Chronic magnesium deficiency is associated with many pregnancy complications. The occurrence of early pains in the second 3 months of pregnancy was observed in people with a low serum concentration of magnesium present. Calcium-magnesium-phosphorus supplementation should be considered in these people. Other problems that we often encounter in pregnant women with low magnesium levels are pregnancy blood pressure, edema, and preeclampsia. Postnatal depression is often reported in these people after childbirth. Developmental disorders in the fetus, on the other hand, are associated with magnesium deficiency.

Another very common complaint in pregnant women is calf cramps. In a randomized double-blind placebo-controlled study (86 women), the effect of magnesium chelate was investigated on leg cramps. After four weeks, the frequency and intensity of cramps decreased by 50%. This difference between the control group and the research group showed that magnesium supplementation be an alternative treatment for complaints related to the period of pregnancy. The maximum safe daily dose is 250 mg, and it is recommended not to exceed it. Otherwise, some magnesium salts that are taken at a high rate can cause diarrhea in Turkey.


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President of Organ Transplant Center at MedicalPark Hospital Antalya

Turkey's world-renowned organ transplant specialist. Dr. Demirbaş has 104 international publications and 102 national publications.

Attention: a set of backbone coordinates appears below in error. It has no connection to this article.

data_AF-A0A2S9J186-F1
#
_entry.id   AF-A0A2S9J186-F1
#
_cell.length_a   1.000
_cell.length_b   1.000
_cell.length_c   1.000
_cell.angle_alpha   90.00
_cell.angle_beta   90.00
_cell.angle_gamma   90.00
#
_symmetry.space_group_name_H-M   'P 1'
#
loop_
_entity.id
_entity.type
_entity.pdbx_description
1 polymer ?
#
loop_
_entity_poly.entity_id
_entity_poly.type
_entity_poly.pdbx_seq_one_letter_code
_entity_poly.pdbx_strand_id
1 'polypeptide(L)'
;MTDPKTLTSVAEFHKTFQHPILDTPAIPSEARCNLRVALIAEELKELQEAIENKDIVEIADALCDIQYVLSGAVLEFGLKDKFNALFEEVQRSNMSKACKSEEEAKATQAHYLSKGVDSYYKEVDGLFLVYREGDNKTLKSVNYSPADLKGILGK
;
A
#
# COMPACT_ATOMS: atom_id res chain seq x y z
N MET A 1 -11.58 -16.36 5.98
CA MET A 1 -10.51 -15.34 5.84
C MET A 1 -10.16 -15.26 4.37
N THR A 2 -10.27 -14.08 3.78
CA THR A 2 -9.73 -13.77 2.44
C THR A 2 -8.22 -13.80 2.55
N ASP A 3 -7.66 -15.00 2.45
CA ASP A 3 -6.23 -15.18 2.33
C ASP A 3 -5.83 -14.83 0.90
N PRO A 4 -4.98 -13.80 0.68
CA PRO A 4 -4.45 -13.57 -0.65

Physician's Resume:

Born on August 7, 1963 in Çorum, Prof. Dr. Alper Demirbaş has been continuing his work as the President of MedicalPark Antalya Hospital Organ Transplantation Center since 2008.

Prof. who performed the first tissue incompatible kidney transplant in Turkey, the first blood type incompatible kidney transplant, the first kidney-pancreas transplant program and the first cadaveric donor and live donor liver transplant in Antalya. Dr. As of August 2016, Alper Demirbaş has performed 4900 kidney transplants, 500 liver transplants and 95 pancreas transplants.

In addition to being the chairman of 6 national congresses, he has also been an invited speaker at 12 international and 65 national scientific congresses. Dr. Alper Demirbaş was married and the father of 1 girl and 1 boy.


Eczacibasi Medical Award of 2002, Akdeniz University Service Award of 2005, Izder Medical Man of the Year Award of 2006, BÖHAK Medical Man of the Year Award of 2007, Sabah Mediterranean Newspaper Scientist of the Year Award of 2007, ANTIKAD Scientist of the Year Award of 2009, Social Ethics Association Award of 2010, Işık University Medical Man of the Year Award of 2015, VTV Antalya's Brand Value Award of 2015.


Doctor of Medicine Degree Hacettepe University Faculty of Medicine Ankara, General Surgeon Ministry of Health Turkey EKFMG (0-477-343-8), University of Miami School of Medicine Member of Multiple Organ Transplant, ASTS Multiorgan Transplant Scholarship. Lecturer at Kyoto University. Lecturer at University of Essen, Research assistant at the University of Cambridge .

Professional Members:

American Society of Transplant Surgeons, American Transplantation Society Nominated, Middle East and Southern Africa Council Transplantation Society 2007, International Liver Transplantation Association, Turkish Transplantation Association, Turkish Society of Surgery, Turkish Hepatobiliary Surgery Association.


Our website contents consist of articles approved by our Web and Medical Editorial Board with the contributions of our physicians. Our contents are prepared only for informational purposes for public benefit. Be sure to consult your doctor for diagnosis and treatment.
Medically Reviewed by Professor Doctor Alper Demirbaş